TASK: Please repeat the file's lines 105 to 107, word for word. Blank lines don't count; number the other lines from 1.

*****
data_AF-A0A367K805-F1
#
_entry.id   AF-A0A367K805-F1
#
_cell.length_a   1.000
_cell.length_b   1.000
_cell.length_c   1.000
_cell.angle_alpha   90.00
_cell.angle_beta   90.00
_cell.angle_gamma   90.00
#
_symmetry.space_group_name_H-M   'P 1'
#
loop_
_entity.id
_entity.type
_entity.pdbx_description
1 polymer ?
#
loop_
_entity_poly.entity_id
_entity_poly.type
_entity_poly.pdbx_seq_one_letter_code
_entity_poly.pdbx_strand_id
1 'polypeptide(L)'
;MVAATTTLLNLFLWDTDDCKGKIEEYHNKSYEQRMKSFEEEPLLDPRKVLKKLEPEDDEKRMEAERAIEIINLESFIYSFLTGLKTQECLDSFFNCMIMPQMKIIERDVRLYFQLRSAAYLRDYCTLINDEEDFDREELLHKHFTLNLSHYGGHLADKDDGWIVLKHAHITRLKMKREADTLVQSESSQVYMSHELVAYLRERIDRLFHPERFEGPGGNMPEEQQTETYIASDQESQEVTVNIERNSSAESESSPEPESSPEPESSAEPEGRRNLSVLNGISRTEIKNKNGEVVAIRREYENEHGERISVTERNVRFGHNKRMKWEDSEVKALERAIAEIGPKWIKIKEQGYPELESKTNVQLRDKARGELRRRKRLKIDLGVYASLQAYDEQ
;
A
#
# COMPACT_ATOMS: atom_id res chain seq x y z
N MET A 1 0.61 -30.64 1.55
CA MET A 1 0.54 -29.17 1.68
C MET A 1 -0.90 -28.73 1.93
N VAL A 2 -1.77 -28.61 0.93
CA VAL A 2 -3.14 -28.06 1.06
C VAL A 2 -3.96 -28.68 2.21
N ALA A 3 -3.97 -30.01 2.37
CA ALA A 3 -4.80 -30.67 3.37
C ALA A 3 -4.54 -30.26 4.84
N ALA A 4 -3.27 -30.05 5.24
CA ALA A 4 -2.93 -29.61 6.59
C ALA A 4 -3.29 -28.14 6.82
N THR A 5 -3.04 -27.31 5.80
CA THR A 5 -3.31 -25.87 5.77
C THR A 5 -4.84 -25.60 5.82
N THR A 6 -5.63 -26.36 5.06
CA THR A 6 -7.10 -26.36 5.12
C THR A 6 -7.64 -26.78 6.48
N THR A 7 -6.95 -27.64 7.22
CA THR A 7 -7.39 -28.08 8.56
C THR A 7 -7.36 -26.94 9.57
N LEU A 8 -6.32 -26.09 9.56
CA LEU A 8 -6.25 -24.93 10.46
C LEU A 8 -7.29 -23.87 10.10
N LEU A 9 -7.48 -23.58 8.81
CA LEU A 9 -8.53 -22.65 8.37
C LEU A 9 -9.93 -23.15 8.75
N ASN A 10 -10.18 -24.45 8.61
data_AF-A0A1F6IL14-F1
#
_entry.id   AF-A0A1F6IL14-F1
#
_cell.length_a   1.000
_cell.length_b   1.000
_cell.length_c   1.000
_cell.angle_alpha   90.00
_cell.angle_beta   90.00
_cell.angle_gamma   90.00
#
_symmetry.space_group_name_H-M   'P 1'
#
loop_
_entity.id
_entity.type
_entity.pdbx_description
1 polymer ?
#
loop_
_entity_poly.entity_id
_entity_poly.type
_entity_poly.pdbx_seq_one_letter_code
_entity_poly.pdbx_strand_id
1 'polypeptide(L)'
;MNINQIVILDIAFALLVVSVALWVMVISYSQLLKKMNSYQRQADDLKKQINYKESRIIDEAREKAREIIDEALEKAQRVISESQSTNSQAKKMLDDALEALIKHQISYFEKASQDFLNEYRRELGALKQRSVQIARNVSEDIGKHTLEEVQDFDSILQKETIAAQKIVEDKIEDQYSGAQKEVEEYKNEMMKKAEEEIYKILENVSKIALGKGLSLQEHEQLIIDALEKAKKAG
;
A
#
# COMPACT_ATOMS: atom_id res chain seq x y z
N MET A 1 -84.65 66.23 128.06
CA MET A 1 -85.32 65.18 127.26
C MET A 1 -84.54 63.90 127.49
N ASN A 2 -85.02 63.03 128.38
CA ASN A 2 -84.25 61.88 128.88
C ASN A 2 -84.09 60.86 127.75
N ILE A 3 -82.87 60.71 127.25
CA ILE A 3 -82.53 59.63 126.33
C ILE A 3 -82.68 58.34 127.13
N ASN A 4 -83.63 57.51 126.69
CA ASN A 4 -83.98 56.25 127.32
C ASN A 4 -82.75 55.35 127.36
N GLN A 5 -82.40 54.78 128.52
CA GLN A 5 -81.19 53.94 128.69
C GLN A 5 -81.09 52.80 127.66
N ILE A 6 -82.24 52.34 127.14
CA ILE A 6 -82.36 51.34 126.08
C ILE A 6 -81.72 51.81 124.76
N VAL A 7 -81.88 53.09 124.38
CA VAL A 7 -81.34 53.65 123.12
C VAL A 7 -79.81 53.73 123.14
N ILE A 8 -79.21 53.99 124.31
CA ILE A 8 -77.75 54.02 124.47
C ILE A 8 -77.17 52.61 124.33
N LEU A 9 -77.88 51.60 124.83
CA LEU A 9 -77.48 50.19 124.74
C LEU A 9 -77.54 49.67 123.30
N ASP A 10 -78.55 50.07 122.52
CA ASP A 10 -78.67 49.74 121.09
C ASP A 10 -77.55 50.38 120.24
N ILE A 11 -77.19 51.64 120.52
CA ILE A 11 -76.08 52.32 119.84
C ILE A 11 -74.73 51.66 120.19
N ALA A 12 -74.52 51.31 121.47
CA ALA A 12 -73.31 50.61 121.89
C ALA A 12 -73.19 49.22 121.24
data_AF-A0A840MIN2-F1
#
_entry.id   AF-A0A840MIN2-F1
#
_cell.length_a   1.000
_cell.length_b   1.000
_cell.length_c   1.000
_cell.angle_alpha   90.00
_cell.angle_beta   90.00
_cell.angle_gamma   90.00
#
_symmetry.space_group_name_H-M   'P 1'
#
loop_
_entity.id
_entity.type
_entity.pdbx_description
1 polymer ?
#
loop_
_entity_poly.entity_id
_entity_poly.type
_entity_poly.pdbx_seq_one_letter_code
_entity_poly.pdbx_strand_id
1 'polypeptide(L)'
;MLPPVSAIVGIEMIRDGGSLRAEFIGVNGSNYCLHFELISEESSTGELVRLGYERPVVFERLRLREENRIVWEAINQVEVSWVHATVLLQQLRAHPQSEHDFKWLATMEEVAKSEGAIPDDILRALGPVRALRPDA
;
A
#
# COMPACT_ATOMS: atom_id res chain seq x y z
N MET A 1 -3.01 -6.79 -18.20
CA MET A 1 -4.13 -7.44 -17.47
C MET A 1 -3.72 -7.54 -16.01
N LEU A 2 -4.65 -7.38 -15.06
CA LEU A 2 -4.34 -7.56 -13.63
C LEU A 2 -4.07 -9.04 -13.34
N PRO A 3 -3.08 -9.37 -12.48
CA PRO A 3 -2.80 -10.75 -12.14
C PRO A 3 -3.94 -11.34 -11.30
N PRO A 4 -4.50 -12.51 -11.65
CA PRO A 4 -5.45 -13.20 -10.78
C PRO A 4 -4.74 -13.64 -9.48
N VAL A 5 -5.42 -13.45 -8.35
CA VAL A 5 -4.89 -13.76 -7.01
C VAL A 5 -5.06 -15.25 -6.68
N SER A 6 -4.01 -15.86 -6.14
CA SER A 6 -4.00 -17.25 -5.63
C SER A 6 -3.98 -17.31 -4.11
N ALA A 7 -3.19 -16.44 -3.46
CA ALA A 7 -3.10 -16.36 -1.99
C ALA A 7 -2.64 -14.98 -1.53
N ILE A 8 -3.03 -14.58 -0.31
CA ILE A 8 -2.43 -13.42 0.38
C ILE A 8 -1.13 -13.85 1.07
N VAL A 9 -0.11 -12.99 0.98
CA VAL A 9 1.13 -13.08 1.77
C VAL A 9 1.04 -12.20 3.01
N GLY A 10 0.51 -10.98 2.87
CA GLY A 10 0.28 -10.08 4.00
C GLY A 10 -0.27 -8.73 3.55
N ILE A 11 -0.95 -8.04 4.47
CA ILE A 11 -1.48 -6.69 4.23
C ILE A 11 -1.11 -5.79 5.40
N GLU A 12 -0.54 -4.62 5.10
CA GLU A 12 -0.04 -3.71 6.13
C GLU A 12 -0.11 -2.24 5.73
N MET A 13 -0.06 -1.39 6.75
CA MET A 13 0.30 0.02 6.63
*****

CA ILE A 6 -82.36 51.34 126.08
C ILE A 6 -81.72 51.81 124.76
N VAL A 7 -81.88 53.09 124.38